The Faroe Islands Part 1 of 3: The Number 1 Reason to Visit

Even if the Faroe Islands was a hideous, stinking shithole, you should visit if for no other reason than to feel human generosity and kindness in its purest, rarest form. I am 100% certain that these are the greatest people on the planet. They are the Faroe Islands’ national treasure – not the 8 million waterfalls, or the stunning emerald “layered cake” mountains all around, not even the adorable puffins – the people.

My first encounter was on the plane. I sat next to 2 brothers who were in their early twenties, half-Icelandic, half-Faroese. I immediately struck up conversation with them, and we talked the entire 2 hour flight from Copenhagen. They were intelligent, kind, and open. They left me with tips and lists, and I was sad they wouldn’t be at the festival.

My second encounter was upon arriving at the campsite. I was told that I had to go to the gas station to get my bracelet before I could get in the campsite, and it was about a 3/4 mile walk there. I turned to go, but the girl telling me this said, “Oh, wait!” Then she started yelling at some other girl a ways away and said, “OK, go with her.” “Um, what?” “Yes, that is my friend, and she did the same thing and has to get her bracelet too and she has a car, so she will drive you. Go ahead now.” So I obeyed, and rode with this random girl to the gas station, who was so sweet and adorable and asked me lots of questions about the states and how I knew about the Islands.

One of the days I had planned a boat ride on a different island. Upon finishing the boat ride I realized I was going to have to wait 2 hours for the next bus, to go a 45 minute ride. There were literally no cafes or anything in this tiny town, and it was cold and raining off and on, so I decided to be brave and try the thing that everyone had been talking about, and that the boys on the plane said I should do – I stuck out my thumb. I don’t think I’d been waiting even 5 minutes when a woman backed out of her driveway a few feet from me, rolled down her window and said, “Where are you going?” “To the capital.” “Ok, get in.” During the ride I found out the woman was my age, and her 2 small children were in the back seat with us. I learned so much from her on that ride! She talked about the good and the bad of living in the Faroes, and how she hated that “If you so much as fart, everyone knows it,” but that she also appreciated that when tragedy struck – like a sheep herder falling off a cliff the day before – the entire country came together to support the family. “In a country of less than 50,000 that’s just how it is.” She also asked me where I was staying, and when I mentioned the campsite she was horrified and said, “But can you even sleep?” “Well, it’s very noisy, so not much.” She then proceeded to tell me that if I wanted a good night’s sleep before my flight back to Copenhagen on Sunday, I was welcome to go spend the night at her house, she would be happy to have me. Guys, I had to hold back laughter at first because I thought it was a joke, but immediately switched to holding back tears because I realized how dead serious she was, and I didn’t even know how to handle that amount of generosity – from a woman who was already giving me, a stranger, a free ride across an island.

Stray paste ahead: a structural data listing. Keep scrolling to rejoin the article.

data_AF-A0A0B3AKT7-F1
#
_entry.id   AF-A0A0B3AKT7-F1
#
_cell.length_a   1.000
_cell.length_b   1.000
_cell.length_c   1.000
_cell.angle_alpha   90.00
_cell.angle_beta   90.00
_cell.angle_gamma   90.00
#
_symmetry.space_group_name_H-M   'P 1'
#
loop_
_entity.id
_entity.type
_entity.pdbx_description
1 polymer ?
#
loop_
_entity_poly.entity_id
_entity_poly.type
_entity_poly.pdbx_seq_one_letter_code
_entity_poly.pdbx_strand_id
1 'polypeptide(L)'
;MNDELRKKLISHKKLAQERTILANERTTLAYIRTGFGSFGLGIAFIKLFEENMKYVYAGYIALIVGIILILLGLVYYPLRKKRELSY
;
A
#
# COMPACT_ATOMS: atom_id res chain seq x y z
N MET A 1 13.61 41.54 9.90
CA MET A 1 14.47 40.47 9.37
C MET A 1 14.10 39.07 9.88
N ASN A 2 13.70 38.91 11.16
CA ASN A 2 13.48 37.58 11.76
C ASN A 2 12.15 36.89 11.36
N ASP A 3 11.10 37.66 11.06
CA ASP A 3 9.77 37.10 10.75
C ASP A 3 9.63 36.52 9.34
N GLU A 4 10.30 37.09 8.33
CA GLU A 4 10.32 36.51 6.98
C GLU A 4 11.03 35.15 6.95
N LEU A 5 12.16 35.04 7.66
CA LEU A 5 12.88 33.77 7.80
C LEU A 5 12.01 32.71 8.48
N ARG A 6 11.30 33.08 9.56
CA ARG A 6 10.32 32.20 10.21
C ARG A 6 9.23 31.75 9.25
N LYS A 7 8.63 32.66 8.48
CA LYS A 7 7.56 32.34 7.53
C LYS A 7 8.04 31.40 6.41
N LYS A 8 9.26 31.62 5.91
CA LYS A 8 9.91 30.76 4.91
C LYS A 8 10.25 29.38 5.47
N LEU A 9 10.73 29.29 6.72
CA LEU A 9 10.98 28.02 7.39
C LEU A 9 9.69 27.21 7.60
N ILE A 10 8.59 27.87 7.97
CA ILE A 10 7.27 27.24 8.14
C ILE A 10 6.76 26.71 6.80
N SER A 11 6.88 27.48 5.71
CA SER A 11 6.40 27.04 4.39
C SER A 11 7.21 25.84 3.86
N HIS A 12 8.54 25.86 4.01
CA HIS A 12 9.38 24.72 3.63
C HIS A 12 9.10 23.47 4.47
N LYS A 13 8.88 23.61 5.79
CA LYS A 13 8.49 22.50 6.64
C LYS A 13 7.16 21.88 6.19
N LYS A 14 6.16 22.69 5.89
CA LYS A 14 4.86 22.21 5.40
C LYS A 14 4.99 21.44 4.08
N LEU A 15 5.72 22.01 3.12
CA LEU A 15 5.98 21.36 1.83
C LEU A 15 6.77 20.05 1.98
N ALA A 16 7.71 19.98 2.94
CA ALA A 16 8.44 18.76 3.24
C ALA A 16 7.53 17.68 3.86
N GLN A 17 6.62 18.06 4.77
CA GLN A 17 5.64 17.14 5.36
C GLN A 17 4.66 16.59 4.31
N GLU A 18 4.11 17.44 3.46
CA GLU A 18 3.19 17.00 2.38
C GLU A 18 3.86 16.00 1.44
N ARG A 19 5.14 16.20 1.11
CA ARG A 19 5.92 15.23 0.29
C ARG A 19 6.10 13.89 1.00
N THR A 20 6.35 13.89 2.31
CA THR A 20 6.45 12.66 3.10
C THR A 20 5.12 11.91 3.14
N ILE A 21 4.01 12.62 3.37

I hitchhiked several other times, but the second most memorable time was on my way to the airport my last day. Once again, I don’t think I even waited 5 minutes, and a car pulled up beside me. I got in to find 3 women: a mom, her daughter, the daughter’s friend. They told me they couldn’t take me straight to the airport because they had to drop the friend off in Torshavn, where they lived, “Would that be alright?” I told them yes, because I knew that if I could at least make it to Torshavn there were several buses I could catch. As we neared Torshavn the woman said, “Ok, so we will drop her off now. You have 3 options, I can now take you to the airport, I can take you to our house so that you can have a nice rest before your flight because I’m sure you didn’t sleep at all in the campsite, or I can take you to a coffee shop and show you the bus terminal.” At this point I was becoming more accustomed to this unending generosity, so I almost took her up on going to her house since I knew this offer was genuine, but decided to go get some food at a cafe and to catch a bus later. I think she told me at least 3 other times on the way to a cafe, “Really, you can come with us, it’s ok, we don’t mind. But of course it is up to you.”